Resilience in the environment, psychology, national security: a Future Tense event D.C.

Defining Resilience: Join Us in D.C. for a Future Tense Event

Defining Resilience: Join Us in D.C. for a Future Tense Event

The citizen’s guide to the future.
March 15 2012 12:40 PM
FROM SLATE, NEW AMERICA, AND ASU

Defining the R-Word

Slate, the New America Foundation, and Arizona State host a D.C. event on the concept of “resilience.”

A South Korean passenger watches TV showing Japan's Fukushima No. 1 atomic plant spewing fumes.
A TV shows Japan's Fukushima No. 1 atomic plant after a massive earthquake hit last year

Photograph by Park Ji-Hwan/AFP/Getty Images.

Resilience is everywhere. In recent days, the word—which describes the ability of systems to respond, adapt, and succeed when faced with challenges—has been used in news stories on psychology, as in survivors’ response to Fukushima; the U.S. economy, which added jobs even as Europe experienced a financial slowdown; and sports, wherein Orlando Magic coach Stan Van Gundy recently praised his team’s “resilience” in bouncing back after a defeat. Resilience also crops up in discussion about communities, disaster response, national security, business, climate change, and more.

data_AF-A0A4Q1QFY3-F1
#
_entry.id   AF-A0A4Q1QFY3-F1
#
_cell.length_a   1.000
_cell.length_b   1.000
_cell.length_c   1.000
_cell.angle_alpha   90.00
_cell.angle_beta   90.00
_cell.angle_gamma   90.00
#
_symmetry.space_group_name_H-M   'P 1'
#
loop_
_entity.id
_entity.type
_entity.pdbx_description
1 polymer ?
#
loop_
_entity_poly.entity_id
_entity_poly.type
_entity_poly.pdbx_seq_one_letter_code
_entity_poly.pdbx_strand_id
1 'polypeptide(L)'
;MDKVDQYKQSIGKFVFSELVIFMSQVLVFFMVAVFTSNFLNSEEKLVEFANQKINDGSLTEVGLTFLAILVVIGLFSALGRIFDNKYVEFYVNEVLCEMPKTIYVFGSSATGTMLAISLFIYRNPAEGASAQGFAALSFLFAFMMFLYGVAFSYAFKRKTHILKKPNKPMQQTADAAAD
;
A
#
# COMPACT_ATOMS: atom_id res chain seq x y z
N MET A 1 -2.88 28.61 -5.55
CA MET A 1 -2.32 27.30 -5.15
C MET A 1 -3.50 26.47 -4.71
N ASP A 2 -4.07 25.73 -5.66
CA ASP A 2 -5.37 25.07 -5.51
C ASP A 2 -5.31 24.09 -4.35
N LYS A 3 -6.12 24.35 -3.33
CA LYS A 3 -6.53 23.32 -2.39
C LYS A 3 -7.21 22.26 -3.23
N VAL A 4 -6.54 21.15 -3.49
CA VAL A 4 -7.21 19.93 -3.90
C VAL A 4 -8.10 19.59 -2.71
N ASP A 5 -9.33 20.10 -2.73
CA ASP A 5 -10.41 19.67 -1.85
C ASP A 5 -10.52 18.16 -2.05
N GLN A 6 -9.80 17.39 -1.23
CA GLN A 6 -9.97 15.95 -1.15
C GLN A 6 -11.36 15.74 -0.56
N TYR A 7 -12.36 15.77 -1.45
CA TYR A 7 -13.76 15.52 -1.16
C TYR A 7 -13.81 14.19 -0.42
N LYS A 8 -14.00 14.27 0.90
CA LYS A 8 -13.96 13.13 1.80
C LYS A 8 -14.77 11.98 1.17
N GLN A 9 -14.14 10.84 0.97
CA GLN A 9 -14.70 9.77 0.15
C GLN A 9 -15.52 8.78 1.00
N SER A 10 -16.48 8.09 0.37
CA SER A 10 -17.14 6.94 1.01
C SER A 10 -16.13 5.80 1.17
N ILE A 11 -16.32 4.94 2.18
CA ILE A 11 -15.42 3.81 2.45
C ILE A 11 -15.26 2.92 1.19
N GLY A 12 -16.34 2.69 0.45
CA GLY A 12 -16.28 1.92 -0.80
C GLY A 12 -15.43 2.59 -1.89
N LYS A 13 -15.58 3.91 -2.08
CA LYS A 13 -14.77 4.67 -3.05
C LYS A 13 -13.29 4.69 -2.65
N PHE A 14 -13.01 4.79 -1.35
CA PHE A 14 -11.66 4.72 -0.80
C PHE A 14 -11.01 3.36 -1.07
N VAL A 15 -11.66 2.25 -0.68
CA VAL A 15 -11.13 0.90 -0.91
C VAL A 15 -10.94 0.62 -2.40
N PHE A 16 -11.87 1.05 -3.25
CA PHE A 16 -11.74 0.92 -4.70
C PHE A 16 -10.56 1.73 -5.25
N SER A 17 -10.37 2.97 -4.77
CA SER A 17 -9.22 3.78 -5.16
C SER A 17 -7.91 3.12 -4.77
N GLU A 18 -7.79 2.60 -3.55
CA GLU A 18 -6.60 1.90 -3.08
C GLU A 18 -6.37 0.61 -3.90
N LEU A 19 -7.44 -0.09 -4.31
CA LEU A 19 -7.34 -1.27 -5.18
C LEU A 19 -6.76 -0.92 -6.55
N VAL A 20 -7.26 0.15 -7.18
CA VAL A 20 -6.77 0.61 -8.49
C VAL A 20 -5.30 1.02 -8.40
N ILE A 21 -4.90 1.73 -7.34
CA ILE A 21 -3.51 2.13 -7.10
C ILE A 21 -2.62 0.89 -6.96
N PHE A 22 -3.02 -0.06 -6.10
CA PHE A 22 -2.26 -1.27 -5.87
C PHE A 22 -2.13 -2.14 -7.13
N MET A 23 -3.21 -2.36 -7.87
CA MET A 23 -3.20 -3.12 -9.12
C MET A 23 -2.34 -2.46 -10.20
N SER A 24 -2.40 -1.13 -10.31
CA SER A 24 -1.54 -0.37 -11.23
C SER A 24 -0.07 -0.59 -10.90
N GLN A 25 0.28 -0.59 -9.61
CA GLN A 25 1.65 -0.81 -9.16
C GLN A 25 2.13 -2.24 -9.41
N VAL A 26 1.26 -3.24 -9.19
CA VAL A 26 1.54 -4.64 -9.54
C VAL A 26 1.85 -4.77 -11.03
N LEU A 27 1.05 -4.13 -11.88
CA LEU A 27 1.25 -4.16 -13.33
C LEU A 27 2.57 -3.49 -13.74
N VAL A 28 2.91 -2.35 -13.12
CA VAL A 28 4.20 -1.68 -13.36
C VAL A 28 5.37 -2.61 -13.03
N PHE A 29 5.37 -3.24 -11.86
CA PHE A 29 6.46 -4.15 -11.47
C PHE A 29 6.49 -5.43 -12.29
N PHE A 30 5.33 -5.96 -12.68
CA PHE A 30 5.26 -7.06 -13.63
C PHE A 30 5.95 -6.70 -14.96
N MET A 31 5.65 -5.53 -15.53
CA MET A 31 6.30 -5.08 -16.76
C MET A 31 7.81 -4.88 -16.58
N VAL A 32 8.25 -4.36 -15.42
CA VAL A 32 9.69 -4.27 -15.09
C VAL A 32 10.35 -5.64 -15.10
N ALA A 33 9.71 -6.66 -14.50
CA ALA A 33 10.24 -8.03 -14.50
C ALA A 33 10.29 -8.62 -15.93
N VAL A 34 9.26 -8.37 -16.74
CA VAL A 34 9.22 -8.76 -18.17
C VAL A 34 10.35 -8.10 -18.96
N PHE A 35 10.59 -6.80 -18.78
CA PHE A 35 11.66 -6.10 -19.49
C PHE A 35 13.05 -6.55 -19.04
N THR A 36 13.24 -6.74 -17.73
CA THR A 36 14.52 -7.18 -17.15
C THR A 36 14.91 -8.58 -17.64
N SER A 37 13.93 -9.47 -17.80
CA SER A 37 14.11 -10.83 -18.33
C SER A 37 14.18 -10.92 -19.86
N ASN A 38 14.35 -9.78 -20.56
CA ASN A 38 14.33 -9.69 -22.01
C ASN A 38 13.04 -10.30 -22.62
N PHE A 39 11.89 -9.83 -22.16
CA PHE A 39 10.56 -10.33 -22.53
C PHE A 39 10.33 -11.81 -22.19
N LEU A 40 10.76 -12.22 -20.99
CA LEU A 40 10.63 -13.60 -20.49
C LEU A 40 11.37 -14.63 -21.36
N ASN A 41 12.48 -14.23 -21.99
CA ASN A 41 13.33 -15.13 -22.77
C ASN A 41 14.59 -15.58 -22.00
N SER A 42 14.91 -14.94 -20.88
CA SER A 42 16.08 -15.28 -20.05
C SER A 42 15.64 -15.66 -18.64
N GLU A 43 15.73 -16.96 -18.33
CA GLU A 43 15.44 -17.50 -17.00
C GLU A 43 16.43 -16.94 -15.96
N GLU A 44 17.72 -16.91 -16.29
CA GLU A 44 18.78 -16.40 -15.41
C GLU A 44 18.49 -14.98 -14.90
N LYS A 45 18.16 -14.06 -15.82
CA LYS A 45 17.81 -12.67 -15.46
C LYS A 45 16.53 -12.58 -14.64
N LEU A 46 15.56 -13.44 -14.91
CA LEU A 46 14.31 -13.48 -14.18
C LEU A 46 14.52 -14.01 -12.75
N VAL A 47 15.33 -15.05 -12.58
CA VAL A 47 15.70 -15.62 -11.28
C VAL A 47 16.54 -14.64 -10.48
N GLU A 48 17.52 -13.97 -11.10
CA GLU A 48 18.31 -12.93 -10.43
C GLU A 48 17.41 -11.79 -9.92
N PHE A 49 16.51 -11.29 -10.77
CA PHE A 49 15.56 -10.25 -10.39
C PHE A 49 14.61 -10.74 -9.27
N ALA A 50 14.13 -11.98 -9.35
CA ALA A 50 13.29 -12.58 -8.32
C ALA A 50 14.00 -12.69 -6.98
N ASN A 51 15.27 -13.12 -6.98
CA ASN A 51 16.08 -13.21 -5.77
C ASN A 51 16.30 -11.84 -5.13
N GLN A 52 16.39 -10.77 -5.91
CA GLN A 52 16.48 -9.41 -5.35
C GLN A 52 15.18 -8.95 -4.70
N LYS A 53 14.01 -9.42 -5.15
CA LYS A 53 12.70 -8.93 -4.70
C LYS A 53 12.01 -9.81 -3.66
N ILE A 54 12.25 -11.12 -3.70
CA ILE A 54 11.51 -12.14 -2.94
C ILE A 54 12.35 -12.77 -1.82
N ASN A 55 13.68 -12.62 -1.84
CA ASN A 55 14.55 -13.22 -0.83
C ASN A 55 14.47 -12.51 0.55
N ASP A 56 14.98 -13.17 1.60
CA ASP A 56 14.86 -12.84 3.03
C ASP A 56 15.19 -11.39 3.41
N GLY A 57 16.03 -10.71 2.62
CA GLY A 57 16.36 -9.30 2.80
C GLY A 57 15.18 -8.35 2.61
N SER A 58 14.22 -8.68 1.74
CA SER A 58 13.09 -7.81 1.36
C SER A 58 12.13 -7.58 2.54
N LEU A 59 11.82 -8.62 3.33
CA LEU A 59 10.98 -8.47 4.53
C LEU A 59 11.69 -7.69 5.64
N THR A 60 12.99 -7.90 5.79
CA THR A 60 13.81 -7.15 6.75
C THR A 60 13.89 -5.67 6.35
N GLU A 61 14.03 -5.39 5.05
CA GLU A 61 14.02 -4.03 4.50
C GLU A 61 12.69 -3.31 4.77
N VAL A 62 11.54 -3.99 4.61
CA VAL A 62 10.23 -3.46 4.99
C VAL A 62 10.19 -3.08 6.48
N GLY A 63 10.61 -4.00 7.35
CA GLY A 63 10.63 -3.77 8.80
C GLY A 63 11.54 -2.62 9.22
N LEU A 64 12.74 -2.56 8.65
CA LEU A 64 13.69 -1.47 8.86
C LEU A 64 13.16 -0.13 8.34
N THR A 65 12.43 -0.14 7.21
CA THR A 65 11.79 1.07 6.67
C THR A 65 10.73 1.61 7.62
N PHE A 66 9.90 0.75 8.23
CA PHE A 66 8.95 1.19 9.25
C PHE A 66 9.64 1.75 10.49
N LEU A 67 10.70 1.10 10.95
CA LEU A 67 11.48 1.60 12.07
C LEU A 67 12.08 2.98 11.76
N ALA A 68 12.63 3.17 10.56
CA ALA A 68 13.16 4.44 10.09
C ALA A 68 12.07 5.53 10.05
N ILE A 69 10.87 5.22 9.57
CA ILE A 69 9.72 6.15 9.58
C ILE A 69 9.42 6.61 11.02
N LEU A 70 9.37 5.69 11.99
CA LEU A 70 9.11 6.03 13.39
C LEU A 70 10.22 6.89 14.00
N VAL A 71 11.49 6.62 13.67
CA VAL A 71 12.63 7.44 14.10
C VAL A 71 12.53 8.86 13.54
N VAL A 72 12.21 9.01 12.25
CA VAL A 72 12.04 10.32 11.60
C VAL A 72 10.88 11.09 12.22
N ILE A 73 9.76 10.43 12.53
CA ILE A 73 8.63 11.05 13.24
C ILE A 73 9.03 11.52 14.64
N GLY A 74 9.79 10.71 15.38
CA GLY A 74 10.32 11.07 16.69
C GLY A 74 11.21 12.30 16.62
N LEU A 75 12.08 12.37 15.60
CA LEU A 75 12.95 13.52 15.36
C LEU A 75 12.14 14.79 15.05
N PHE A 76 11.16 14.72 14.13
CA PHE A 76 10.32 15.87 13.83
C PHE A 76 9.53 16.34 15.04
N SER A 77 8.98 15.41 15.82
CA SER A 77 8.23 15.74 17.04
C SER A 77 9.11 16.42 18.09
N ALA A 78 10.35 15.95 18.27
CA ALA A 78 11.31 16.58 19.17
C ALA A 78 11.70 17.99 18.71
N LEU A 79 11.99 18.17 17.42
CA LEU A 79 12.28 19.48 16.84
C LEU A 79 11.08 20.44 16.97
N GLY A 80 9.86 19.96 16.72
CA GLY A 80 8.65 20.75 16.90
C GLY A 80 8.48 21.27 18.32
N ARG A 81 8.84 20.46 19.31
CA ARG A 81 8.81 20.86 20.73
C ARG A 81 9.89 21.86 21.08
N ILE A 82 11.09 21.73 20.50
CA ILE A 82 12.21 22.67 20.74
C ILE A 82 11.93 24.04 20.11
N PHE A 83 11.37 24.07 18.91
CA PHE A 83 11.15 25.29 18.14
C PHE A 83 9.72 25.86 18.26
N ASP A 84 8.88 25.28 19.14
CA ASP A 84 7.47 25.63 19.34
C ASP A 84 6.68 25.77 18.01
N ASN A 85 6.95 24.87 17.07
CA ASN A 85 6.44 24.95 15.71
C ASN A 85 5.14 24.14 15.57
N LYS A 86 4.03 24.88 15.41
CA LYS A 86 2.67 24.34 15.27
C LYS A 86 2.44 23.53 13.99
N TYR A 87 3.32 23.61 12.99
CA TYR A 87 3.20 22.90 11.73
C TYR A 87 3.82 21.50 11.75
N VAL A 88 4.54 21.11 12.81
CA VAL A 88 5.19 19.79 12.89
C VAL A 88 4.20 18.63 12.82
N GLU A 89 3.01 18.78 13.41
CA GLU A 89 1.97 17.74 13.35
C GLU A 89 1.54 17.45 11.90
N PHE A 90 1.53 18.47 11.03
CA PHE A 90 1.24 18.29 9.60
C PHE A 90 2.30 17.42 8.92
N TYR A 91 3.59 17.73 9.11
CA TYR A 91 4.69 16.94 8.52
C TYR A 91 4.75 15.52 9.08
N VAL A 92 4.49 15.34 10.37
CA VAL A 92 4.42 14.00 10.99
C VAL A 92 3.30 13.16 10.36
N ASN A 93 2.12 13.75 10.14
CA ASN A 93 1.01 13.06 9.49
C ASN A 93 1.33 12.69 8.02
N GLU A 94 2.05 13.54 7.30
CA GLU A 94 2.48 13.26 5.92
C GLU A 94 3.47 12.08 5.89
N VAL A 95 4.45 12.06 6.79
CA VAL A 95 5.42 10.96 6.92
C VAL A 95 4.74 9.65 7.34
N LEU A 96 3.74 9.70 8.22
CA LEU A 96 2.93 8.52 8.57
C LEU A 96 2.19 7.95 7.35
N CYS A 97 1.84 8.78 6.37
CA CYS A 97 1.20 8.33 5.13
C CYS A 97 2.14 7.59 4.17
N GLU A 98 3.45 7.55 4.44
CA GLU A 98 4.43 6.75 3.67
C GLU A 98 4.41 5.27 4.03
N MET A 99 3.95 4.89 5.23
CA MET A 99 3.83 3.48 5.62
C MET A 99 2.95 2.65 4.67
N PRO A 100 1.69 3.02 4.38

On Friday, March 23, Slate, the New America Foundation, and Arizona State University will hold an event in Washington, D.C., on resilience—what it means, and how we can use it to design a better tomorrow. Speakers will include former acting Solicitor General Walter Dellinger, Bruce Mau of the Massive Change Network, Demon Fish author and Washington Post environment reporter Juliet Eilperin, FEMA Chief of Staff Jason McNamara, and Arizona State University’s Sander van der Leeuw, among many others. Slate’s Matt Yglesias and Emily Bazelon will be there, too.

The daylong conference, “Defining Resilience,” begins at 9:30 a.m. at the New America Foundation’s office, 1899 L Street NW in Washington, D.C. To RSVP and view the full agenda, visit New America’s website.

Torie Bosch is the editor of Future Tense, a project of Slate, New America, and Arizona State that looks at the implications of new technologies.